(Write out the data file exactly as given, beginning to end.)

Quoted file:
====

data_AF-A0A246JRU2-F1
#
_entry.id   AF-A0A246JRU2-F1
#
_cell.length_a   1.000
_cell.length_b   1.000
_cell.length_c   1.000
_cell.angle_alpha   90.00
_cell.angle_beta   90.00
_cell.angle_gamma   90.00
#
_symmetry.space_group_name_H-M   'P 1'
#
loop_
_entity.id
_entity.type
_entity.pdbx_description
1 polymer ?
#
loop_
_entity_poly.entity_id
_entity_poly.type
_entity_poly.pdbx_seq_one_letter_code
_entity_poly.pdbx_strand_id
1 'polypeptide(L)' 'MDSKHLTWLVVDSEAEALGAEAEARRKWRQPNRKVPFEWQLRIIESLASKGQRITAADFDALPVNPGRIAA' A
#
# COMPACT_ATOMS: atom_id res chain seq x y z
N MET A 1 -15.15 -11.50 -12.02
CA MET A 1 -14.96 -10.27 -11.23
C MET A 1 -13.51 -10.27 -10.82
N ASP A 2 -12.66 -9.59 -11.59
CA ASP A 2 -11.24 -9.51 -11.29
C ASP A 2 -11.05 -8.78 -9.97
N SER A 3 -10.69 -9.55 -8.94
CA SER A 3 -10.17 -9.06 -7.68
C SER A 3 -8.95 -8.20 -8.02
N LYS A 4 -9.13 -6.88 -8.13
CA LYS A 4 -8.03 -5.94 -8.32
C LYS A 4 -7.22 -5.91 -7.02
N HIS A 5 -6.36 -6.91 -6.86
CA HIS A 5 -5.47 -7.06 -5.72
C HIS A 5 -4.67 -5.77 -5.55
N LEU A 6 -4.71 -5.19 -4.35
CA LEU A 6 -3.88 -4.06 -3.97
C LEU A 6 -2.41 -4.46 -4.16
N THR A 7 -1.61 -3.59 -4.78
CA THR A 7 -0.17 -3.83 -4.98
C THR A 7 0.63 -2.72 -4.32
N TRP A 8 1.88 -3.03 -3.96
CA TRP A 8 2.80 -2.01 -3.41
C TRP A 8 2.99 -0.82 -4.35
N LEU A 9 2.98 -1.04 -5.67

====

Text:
data_AF-A0A246JRU2-F1
#
_entry.id   AF-A0A246JRU2-F1
#
_cell.length_a   1.000
_cell.length_b   1.000
_cell.length_c   1.000
_cell.angle_alpha   90.00
_cell.angle_beta   90.00
_cell.angle_gamma   90.00
#
_symmetry.space_group_name_H-M   'P 1'
#
loop_
_entity.id
_entity.type
_entity.pdbx_description
1 polymer ?
#
loop_
_entity_poly.entity_id
_entity_poly.type
_entity_poly.pdbx_seq_one_letter_code
_entity_poly.pdbx_strand_id
1 'polypeptide(L)' 'MDSKHLTWLVVDSEAEALGAEAEARRKWRQPNRKVPFEWQLRIIESLASKGQRITAADFDALPVNPGRIAA' A
#
# COMPACT_ATOMS: atom_id res chain seq x y z
N MET A 1 -15.15 -11.50 -12.02
CA MET A 1 -14.96 -10.27 -11.23
C MET A 1 -13.51 -10.27 -10.82
N ASP A 2 -12.66 -9.59 -11.59
CA ASP A 2 -11.24 -9.51 -11.29
C ASP A 2 -11.05 -8.78 -9.97
N SER A 3 -10.69 -9.55 -8.94
CA SER A 3 -10.17 -9.06 -7.68
C SER A 3 -8.95 -8.20 -8.02
N LYS A 4 -9.13 -6.88 -8.13
CA LYS A 4 -8.03 -5.94 -8.32
C LYS A 4 -7.22 -5.91 -7.02
N HIS A 5 -6.36 -6.91 -6.86
CA HIS A 5 -5.47 -7.06 -5.72
C HIS A 5 -4.67 -5.77 -5.55
N LEU A 6 -4.71 -5.19 -4.35
CA LEU A 6 -3.88 -4.06 -3.97
C LEU A 6 -2.41 -4.46 -4.16
N THR A 7 -1.61 -3.59 -4.78
CA THR A 7 -0.17 -3.83 -4.98
C THR A 7 0.63 -2.72 -4.32
N TRP A 8 1.88 -3.03 -3.96
CA TRP A 8 2.80 -2.01 -3.41
C TRP A 8 2.99 -0.82 -4.35
N LEU A 9 2.98 -1.04 -5.67